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body for angling, the Angling Trust, which brought together representatives from coarse, game and sea fishing. It discussed several issues, some of which have already been mentioned. I welcome the demise of the sea fisheries committees—they were unbalanced—but we must ensure that there are at least as many recreational sea anglers on the new committees, the IFCAs, as there are commercial fishermen. If county councillors who have links with the commercial sector are on those committees, that must be declared; otherwise, we cannot get the balance right.

I am delighted that officials in DEFRA have announced that, by and large, recreational sea angling will not be banned in the MCZs—it will be banned only in some of the marine protected areas. We have a unique opportunity to help with the enforcement of the MCZs. Recreational sea anglers would welcome the opportunity to fish in the buffer zones on the edge of the MCZs. Those would provide excellent fishing and it would also assist in enforcing the MCZ. It is all very well drawing imaginary lines in the sea, but unless anglers—who have a vested interest in reporting illegal commercial fishing—are there as the eyes and ears, we will have made policy in a vacuum. I want to see on the face of the Bill a definition to improve, develop and maintain fisheries, and to enhance their social and economic contribution through recreational angling.

Finally, I turn to the freshwater part of the Bill—the bit that will enact the review. There is and has been an ongoing problem with fish thefts, especially in public fisheries. It is difficult to define who owns a fish or a stock of fish in, for example, the River Thames, much of which is tidal. The current system of byelaws is arcane and unenforceable. Yesterday, the Environment Agency began consultation on new legislation to make it an offence to take fish without permission. We have had problems, especially with people from other cultures who take fish for the pot and do not recognise our catch-and-release culture. I welcome the fact that we can overhaul outdated fisheries legislation and I am delighted that the Minister has agreed to use this Bill as a mechanism for delivering that review. I am also delighted that we will have an opportunity to protect eel fishing—eels are under particular threat at the moment. Finally, I ask the Minister to think again about the nonsense that the new sea fisheries committees would have responsibility for enforcing the tidal limit. That cannot be right.

8.29 pm

Mr. James Gray (North Wiltshire) (Con): It is a pleasure to follow the hon. Member for Reading, West (Martin Salter), with whom I have spent the last 12 years in this place hoping that he as an old socialist and I as an old Tory would find lots of areas of fundamental and sharp disagreement. Sadly, over 12 years I have found that we have agreed on far more than we have disagreed on. Today’s debate is no exception to that. We even agree on the removal of those obnoxious little notices in the cafeteria that say, “Members must take priority at all times.” The hon. Gentleman and I pride ourselves on removing them.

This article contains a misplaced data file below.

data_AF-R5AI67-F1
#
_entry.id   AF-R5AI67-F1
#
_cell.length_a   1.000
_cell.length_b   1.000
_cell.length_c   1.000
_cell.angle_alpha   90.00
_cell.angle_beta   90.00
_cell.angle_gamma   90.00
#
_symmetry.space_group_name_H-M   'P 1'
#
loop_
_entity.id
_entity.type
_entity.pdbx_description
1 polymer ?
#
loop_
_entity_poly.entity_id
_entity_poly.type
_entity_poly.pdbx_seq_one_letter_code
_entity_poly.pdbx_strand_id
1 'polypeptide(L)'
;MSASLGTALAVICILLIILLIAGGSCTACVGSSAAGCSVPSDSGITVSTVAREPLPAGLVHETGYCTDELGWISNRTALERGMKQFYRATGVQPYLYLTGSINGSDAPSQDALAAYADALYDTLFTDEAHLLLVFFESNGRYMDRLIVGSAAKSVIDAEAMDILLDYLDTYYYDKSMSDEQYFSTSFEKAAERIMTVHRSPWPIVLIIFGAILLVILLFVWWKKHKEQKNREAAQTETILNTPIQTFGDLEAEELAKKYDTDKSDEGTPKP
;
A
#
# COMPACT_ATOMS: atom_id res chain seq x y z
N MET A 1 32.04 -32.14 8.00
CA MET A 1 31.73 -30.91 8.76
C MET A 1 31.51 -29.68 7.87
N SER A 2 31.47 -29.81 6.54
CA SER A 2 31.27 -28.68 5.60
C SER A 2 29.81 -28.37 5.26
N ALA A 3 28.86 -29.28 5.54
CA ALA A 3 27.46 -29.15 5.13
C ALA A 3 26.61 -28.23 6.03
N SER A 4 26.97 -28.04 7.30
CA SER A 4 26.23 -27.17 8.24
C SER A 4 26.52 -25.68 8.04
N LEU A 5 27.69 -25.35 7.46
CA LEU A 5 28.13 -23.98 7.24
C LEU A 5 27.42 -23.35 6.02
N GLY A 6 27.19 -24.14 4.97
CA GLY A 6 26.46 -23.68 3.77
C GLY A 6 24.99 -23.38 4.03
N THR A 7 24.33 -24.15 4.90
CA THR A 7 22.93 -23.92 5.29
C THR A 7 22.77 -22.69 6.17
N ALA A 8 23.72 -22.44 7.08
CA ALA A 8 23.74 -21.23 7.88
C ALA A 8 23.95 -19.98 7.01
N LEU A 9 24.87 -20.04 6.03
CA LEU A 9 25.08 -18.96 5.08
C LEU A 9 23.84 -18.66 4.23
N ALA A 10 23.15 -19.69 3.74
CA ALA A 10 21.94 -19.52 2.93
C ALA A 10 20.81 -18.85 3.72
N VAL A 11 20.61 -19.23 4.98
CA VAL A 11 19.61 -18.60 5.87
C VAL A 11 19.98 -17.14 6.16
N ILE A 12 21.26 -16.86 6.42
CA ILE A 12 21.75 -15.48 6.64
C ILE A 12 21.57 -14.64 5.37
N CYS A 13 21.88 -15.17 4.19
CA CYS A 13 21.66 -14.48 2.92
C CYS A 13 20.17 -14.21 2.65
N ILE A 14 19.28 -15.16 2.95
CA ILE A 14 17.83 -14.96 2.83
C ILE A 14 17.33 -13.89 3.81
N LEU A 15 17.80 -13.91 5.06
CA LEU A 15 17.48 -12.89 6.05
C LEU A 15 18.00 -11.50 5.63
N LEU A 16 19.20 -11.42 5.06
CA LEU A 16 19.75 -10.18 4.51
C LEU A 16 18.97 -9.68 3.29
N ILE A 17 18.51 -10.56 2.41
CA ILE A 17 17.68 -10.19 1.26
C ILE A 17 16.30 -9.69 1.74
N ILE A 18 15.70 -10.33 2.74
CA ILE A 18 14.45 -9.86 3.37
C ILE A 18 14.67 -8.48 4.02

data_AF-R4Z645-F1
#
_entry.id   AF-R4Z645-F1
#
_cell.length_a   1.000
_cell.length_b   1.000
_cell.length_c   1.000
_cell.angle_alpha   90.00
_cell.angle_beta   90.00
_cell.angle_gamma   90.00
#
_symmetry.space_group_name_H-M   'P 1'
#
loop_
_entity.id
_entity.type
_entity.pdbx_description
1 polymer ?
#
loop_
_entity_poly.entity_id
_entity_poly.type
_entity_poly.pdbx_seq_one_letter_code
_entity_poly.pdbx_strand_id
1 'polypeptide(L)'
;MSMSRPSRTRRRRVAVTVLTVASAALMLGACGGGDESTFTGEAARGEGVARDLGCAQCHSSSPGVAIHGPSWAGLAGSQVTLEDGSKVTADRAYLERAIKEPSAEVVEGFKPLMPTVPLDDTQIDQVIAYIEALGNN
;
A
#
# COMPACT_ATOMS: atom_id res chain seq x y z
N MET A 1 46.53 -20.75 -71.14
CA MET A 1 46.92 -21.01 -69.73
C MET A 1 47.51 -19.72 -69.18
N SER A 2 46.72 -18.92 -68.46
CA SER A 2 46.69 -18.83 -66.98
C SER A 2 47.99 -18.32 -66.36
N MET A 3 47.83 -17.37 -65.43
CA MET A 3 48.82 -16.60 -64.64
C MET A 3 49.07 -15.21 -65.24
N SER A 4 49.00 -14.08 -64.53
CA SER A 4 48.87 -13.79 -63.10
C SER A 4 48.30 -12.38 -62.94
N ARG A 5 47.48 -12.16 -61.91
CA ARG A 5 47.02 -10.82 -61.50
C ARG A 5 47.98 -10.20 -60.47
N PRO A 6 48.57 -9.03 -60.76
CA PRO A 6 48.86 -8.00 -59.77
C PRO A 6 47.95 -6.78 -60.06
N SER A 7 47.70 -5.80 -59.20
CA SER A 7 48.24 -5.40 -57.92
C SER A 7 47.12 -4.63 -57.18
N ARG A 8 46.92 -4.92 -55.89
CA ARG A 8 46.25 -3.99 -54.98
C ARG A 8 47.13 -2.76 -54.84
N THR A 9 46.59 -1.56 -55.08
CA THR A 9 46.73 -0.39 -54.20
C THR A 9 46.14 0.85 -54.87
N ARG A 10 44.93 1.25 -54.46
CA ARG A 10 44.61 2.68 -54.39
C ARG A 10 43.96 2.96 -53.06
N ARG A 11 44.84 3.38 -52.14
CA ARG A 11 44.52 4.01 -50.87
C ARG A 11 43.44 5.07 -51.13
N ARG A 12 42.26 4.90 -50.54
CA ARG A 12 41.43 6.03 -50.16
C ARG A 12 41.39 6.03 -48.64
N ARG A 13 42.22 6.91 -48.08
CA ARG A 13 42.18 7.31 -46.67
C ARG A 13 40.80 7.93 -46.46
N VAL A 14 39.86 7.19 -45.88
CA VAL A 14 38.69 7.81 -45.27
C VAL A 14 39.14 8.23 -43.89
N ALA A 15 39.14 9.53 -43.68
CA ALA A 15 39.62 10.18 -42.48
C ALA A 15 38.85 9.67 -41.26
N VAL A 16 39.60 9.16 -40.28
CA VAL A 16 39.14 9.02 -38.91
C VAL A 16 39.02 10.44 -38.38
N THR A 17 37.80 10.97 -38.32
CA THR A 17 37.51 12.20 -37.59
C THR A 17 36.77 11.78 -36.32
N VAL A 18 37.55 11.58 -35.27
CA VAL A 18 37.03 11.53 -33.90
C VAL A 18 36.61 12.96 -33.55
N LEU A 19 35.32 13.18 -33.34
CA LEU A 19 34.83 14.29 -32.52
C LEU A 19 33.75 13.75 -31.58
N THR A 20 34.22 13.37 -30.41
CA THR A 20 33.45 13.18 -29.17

Martin Salter: Will the hon. Gentleman read on to the record that it is he and I who have been acting in guerrilla warfare against the House authorities on those objectionable notices? We stand accused.

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Mr. Gray: We are a pair of hoary old guerrillas, Mr. Deputy Speaker, and we stand guilty as charged. We remove those dreadful notices and will continue to do so. Once he has left this place—it will be a poorer place once he has gone, although of course he will always be welcome to come down to Malmesbury in my constituency to go fishing, as he does at the moment—I pledge to him that I shall continue to remove those dreadful little notices until I am even older than he currently is.

Most of the people who have spoken in the debate have said, perfectly correctly, that the principle behind the Bill is outstandingly good. I certainly would agree with that. It has been a long time coming, as my hon. Friend the Member for Arundel and South Downs (Nick Herbert) said. There has been pre-legislative scrutiny over the past year, but that is no excuse. The Government have been 12 years in post, and the fact that we have spent six months looking at the Bill does not excuse the fact that it has been so long in coming. Nor do I believe that the fact that there has been pre-legislative scrutiny is a good excuse for curtailing the Committee stage, as has been proposed in the programme motion. It seems to me that many of the things proposed by the Select Committee on Environment, Food and Rural Affairs, on which I serve, have been entirely ignored in the drafting of the Bill. An opportunity to re-discuss those matters in Committee would be useful.

Overall, most people who have spoken in the debate so far have agreed that the marine conservation aspect of the Bill is a long time coming, is entirely to be welcomed and will be of great benefit to those of us who love the sea and the seaside, which most people in the United Kingdom do. Incidentally, the hon. Member for Sheffield, Hillsborough (Ms Smith), who is not here, rather apologised for being from an entirely inland constituency. North Wiltshire is one of the most inland areas that there is, but I am proud of the fact that the Whale and Dolphin Conservation Society is based in Chippenham, in my constituency, and it does a good job in preserving whales and dolphins despite the fact that it is hundreds of miles from the nearest whales and dolphins. It does a fine job, and we need feel no embarrassment about that.

In that context, I would prefer to leave the outstandingly good marine conservation aspects of the Bill to one side and to focus on an aspect that has not been given sufficient consideration in the debate but that is an important central part of the Bill—that is, the coastal access provisions.

Perhaps I should start by saying that I am a strong supporter of rambling, walking, getting into the countryside, cycling and riding horses. The more we can encourage people to do that, the better. We are very strong supporters of that. The Labour party acknowledged that in its manifesto by saying that it intended to improve access to the coast. That manifesto did not say that it would create a coastal access path, but made a commitment to improve access to the coast. I strongly support that. The more we can do to encourage people to go to the coast and to go into the countryside, the better it will be. That is not the issue. The issue is the means by which we do that.